The character was little used in the 1970s, but was revived in the mid-1980s as part of the Super Powers Collection toy line and as a fixture in several wildly different interpretations of the Justice League. His visibility steadily grew, until interest in the character exploded after he was drafted into the wildly popular "Magnificent Seven" version of the League, called simply "JLA." Judged to be equal to the company of Superman, Batman, Wonder Woman, the Flash, Green Lantern, and Aquaman as a foundational hero of the team and universe, the Manhunter from Mars was finally given his own well regarded ongoing series, which ran for three years. The success of "JLA" helped spawn the long running Cartoon Network Justice League show, which prominently featured the Martian Manhunter for most of its run and across much of its ancillary products. The character was next used in the widely watched Smallville television series, reoccurring in key episodes for several seasons, and embraced by fans. The Martian Manhunter also turns up regularly in other DC animated TV shows and direct to video releases, as well as in video games.
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2012 “Justice is Coming!” fan art by DiamondDesignHD
The Martian Manhunter was known to comic fans of the '50s and '60s, but his visibility spiked substantially in the mid-80s, and he's been embraced most by Generation X and Millennial audiences. IGN ranked him #43 on their list of the Top 100 Comic Book Heroes, #40 by Ranker.com, #11 on CSBG's 2007 Top 50 DC Characters list, and #22 on CBR's 2011 Top DC Characters list. Those numbers may sound low, but most every character ranked higher on the list has already been featured in motion pictures within the last decade or so.
J'Onn J'Onzz is perhaps the most versatile remaining super-hero, defying genre by appearing in stories centered on police procedurals, science fiction, supernatural horror, situational comedy, and straightforward comic book punch-outs. The character has a remarkably broad power set, including shapeshifting, telepathy, invisibility, intangibility, flight, laser beam vision, enhanced senses and intelligence, superhuman strength & speed, relative invulnerability... virtually any ability needed for whichever story is being told. His primary weakness is an adverse reaction from exposure to open flames, although its effects range anywhere from triggering severe but manageable anxiety to the catastrophic, potentially fatal loss of all powers and spontaneous combustion. Likewise, the Martian Manhunter's power set is so erratic between interpretations that as many or as few can be used as desired for a given story.
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2012 “Ajax - Martian Manhunter” by Jack Malone
Between a flexibility in plotlines, tone, abilities, and weaknesses, what else could a movie producer possibly want? How about an uncommon openness to interpretation? Although J'onn J'onzz typically assumes the human identity of a middle aged white male in the comics, he's also taken up guises of most every race and gender imaginable. While he spent decades wearing one simple costume, alternate suits have been employed in recent years without any serious outcry from readers. While typically bald with green skin and a pronounced brow, a variety of more alien looks have been adopted without issue. In some stories, J'onn J'onzz is a young expatriate from a thriving retro-futurist Mars, and in others he's the sole survivor of a tribal culture mourning his dead wife and daughter. Sometimes his world dies by fire sparked by a power mad military leader, and other times a plague quietly claims his people. Sometimes his living parents watch over a sweet natured kid brother, and other times he has a psychotic rapist serial-killing twin who indirectly murders everyone J'Onn loves. There's no singular, rigid story fans demand be told on film, and while the Martian Manhunter appeals to a broad swath of fans, his status as an alternative to more mainstream heroes means his audience is more open-minded than most bases.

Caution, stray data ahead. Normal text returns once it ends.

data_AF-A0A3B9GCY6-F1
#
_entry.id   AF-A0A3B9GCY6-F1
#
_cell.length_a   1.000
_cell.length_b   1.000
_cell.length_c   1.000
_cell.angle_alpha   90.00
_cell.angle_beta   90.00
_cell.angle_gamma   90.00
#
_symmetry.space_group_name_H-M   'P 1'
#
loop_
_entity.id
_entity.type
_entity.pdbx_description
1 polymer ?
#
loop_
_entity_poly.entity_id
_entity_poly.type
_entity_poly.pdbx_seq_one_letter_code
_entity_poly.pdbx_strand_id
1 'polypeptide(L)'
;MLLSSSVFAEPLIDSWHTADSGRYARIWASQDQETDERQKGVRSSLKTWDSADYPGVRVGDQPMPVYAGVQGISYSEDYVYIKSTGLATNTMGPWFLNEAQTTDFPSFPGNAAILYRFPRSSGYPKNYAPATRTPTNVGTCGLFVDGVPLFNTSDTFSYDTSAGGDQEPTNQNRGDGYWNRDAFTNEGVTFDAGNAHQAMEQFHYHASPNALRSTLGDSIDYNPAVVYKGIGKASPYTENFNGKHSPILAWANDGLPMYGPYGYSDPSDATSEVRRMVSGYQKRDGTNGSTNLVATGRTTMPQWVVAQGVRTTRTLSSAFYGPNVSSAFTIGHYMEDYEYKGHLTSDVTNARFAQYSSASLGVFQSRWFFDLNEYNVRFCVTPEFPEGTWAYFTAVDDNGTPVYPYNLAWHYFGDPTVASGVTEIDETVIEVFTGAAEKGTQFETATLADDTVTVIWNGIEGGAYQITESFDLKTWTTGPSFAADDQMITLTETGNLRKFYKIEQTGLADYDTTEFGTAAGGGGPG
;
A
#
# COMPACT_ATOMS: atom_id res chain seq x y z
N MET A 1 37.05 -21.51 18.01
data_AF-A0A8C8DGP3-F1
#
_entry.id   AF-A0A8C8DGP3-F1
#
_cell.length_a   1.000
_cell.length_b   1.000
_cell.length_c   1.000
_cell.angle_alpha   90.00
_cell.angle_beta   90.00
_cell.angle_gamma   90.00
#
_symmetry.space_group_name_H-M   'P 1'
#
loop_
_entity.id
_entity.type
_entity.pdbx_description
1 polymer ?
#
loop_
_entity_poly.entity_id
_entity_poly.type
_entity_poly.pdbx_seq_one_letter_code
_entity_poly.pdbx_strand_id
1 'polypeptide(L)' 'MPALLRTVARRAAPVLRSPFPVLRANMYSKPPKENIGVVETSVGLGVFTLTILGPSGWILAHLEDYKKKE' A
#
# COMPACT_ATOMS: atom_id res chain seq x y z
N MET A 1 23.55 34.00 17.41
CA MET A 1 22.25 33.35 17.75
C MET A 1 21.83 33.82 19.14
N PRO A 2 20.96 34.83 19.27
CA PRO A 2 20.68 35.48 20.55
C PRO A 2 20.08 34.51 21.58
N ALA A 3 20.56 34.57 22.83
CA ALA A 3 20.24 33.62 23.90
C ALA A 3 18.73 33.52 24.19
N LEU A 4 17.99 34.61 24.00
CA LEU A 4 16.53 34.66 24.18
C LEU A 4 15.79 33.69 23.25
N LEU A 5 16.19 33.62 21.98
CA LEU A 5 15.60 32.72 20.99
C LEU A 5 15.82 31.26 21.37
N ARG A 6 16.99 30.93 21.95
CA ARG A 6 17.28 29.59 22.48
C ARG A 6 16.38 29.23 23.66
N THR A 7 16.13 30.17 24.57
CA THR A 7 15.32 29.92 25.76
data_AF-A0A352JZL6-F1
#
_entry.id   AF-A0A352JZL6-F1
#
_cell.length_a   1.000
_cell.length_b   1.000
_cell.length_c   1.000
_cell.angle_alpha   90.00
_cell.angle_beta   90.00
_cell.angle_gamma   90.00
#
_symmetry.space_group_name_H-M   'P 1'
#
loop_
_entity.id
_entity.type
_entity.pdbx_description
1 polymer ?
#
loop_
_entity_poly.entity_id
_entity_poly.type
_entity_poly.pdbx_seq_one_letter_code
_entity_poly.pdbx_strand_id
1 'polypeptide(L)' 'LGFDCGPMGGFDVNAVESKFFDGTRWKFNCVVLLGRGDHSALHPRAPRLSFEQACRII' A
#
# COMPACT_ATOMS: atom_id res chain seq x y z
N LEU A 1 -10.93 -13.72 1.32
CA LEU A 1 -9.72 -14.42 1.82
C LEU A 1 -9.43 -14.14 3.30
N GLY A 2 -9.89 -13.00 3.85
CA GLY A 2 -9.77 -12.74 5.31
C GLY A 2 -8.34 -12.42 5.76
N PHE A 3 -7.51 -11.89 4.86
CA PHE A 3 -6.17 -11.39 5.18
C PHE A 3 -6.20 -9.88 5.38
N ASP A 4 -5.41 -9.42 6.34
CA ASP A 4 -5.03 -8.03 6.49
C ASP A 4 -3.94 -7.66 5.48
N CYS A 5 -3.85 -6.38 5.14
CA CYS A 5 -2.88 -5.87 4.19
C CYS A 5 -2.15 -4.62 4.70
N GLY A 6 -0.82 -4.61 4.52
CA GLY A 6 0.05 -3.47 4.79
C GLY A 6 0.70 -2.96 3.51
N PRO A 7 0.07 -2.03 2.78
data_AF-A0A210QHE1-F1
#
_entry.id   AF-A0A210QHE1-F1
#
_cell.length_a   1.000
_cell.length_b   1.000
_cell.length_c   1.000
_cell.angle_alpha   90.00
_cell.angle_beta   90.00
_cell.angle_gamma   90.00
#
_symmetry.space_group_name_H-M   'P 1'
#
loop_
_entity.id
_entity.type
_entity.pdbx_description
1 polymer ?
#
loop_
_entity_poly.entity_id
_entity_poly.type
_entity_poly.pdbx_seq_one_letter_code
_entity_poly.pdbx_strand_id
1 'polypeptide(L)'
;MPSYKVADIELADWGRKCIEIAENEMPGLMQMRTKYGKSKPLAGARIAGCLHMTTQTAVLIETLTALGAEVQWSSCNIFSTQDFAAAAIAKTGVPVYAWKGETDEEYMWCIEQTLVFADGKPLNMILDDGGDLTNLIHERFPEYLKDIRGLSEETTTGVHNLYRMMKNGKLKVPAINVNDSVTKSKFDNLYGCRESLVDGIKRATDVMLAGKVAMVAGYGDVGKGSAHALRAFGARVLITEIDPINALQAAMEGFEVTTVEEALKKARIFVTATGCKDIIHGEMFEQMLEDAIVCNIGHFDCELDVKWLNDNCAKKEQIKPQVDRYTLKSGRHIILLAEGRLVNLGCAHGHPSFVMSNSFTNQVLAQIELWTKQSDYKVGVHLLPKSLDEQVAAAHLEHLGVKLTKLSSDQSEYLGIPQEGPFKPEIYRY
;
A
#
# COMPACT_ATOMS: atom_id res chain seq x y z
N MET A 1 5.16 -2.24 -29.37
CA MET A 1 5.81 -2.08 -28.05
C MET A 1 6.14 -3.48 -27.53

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2012 “Justice League Movie” fan art by Nicholas Cashio
Where many comic book properties demand that a narrow range of actors of specific types and looks be chosen to accurately reflect the heroic persona, J'onn J'onzz could be played by almost any reasonable performer that could be cast. Admittedly, African-American males routinely provide the voice for the character in animation, and Phil Morris is the best known actor to portray John Jones in live action. Continuing that accepted pattern allows for racial diversity in media representation despite the character rarely having been shown as black in the comics. That said, an actor of any race or gender could believably play the part with the expectation that fans' primary concern will be in their performance and functionality within the DC cinematic universe. Likewise, the hero has a supporting cast that can be drawn from in transitioning to film, but are not necessary to insure fan involvement. From his police partner Diane Meade and precinct Captain Harding in his detective days to a toycentric alien sidekick called Zook to sassy superpowered teenage ward Gypsy, Martian Manhunter's circle of support have come and gone as needed without being essential to his narrative as a whole. The character has a whole menagerie of vile foes, but none like Lex Luthor or the Joker that a filmmaker would be required by expectations to include. The Manhunter from Mars offers a buffet of potential characters, concepts, tones, and genres for the filmmaker to take or leave as they please.